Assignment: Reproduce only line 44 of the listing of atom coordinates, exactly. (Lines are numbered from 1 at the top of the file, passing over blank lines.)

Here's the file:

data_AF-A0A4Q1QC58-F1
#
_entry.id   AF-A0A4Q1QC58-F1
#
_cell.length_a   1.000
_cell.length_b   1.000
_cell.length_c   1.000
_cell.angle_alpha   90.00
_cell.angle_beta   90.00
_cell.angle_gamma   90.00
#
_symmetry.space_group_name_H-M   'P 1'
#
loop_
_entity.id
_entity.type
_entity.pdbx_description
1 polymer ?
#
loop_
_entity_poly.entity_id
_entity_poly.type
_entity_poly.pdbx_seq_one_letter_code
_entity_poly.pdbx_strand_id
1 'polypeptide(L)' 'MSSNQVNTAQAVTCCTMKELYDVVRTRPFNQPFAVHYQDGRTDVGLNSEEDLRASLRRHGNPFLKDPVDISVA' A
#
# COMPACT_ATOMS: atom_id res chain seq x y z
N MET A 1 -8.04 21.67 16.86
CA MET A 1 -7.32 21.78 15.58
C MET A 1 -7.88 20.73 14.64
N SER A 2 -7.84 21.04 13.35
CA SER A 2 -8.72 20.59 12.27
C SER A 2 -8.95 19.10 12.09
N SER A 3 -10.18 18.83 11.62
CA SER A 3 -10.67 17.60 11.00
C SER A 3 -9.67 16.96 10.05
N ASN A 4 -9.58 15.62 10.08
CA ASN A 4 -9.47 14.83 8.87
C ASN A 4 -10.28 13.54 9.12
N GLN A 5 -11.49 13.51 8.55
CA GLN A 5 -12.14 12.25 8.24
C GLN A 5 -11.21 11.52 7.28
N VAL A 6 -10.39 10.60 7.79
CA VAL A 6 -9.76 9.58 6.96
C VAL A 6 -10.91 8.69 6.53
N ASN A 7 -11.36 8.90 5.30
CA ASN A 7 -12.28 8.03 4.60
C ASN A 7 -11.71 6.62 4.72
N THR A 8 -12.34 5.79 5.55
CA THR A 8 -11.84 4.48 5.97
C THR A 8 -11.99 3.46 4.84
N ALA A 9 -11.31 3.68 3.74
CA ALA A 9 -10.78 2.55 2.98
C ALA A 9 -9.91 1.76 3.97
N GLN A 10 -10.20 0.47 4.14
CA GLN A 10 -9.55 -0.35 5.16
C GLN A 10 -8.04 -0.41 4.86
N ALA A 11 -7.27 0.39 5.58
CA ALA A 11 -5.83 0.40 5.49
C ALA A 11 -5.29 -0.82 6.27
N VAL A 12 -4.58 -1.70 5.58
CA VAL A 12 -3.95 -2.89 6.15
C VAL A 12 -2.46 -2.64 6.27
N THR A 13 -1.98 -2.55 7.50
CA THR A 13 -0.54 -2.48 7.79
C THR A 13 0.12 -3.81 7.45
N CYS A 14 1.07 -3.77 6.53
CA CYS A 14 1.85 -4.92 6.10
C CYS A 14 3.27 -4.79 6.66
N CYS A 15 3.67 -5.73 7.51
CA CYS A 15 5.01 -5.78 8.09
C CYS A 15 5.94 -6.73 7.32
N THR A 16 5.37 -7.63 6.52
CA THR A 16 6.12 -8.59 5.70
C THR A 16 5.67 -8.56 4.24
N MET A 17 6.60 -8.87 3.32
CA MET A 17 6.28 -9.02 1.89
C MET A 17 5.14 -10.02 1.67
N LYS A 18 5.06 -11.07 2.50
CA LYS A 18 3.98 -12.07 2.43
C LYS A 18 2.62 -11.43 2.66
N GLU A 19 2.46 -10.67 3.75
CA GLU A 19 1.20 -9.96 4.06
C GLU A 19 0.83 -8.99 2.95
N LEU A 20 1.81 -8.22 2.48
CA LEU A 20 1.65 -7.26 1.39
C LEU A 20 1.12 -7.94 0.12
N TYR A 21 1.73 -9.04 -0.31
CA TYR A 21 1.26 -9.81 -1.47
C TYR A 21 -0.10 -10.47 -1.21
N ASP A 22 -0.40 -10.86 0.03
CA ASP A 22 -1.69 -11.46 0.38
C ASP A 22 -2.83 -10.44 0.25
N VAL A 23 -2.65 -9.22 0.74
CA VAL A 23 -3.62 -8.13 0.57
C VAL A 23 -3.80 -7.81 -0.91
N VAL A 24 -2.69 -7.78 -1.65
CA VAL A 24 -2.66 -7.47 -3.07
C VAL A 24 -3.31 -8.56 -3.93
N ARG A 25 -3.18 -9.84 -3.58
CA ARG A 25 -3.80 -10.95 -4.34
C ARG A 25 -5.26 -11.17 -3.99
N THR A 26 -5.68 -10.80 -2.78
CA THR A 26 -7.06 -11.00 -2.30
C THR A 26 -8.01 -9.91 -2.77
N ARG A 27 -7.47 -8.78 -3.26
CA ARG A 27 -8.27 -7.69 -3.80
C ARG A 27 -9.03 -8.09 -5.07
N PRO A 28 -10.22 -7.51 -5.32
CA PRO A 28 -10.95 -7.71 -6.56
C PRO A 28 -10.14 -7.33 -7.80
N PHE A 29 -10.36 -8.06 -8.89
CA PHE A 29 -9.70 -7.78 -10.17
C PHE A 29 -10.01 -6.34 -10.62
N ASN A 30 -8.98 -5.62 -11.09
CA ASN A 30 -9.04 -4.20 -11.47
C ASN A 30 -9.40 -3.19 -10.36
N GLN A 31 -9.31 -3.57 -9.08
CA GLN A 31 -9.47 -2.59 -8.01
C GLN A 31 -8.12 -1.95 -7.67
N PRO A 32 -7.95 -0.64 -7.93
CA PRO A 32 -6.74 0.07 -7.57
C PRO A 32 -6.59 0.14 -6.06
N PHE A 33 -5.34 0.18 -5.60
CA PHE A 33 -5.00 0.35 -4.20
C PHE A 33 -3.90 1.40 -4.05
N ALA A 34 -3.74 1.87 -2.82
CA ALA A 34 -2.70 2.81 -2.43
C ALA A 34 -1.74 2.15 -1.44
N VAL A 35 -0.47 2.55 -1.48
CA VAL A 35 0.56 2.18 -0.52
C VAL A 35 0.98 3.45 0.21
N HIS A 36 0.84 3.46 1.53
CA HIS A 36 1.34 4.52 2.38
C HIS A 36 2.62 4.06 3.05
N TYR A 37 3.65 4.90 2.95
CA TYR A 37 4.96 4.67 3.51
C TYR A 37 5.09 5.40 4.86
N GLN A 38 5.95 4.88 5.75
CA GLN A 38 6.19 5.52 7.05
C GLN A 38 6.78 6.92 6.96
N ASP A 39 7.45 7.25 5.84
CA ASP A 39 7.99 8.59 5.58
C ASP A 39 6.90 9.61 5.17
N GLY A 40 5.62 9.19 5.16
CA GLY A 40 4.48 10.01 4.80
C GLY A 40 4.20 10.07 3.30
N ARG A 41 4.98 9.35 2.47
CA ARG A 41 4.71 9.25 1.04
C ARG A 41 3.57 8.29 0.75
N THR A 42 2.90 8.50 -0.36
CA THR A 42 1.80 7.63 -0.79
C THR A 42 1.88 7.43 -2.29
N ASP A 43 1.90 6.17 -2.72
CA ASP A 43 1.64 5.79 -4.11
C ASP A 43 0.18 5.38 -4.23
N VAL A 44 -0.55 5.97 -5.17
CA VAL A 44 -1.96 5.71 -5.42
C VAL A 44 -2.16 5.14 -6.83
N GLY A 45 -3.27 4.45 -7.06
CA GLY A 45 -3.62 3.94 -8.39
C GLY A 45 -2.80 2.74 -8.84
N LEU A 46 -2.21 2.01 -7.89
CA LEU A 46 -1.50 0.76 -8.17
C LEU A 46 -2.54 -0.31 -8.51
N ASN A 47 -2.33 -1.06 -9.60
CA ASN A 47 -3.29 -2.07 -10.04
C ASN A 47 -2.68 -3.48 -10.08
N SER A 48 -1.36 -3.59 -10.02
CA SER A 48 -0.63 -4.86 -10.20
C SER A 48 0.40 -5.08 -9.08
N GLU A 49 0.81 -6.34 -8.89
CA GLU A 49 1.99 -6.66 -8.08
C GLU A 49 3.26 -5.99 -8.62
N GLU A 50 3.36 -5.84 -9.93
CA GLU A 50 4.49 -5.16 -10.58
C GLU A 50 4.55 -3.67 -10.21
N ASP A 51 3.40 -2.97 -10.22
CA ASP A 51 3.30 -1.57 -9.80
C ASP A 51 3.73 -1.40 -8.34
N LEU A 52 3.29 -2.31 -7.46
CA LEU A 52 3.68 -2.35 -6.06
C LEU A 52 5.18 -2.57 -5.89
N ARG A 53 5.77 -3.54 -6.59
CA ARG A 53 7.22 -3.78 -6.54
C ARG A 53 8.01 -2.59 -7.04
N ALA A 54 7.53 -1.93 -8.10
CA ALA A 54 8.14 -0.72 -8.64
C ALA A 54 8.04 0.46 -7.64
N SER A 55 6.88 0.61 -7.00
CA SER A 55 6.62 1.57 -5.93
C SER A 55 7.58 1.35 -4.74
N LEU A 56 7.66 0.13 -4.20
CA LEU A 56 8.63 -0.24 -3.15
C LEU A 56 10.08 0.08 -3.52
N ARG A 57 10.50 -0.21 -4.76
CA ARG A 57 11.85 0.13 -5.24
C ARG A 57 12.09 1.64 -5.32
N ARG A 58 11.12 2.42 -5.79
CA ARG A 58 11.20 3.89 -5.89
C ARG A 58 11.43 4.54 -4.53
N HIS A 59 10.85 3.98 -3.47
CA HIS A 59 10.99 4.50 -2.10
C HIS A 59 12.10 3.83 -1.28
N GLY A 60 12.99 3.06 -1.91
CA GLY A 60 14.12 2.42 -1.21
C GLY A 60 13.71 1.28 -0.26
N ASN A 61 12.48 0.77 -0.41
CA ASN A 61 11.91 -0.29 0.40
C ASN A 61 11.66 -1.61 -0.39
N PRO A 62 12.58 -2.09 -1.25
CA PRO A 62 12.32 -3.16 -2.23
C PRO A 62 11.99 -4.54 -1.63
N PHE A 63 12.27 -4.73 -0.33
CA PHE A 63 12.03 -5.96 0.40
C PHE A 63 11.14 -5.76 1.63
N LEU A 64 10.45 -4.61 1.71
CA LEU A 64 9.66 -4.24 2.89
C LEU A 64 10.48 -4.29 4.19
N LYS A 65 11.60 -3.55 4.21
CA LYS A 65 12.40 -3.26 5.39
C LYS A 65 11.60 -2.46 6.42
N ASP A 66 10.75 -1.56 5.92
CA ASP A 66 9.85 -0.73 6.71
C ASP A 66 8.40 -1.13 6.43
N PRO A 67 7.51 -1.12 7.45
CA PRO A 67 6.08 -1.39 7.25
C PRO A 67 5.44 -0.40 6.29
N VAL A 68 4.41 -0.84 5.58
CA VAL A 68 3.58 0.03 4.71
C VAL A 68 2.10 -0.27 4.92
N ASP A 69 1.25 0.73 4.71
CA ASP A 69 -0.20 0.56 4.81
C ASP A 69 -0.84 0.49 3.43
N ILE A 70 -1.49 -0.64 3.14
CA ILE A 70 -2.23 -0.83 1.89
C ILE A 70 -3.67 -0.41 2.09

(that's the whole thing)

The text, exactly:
CA VAL A 6 -9.76 9.58 6.96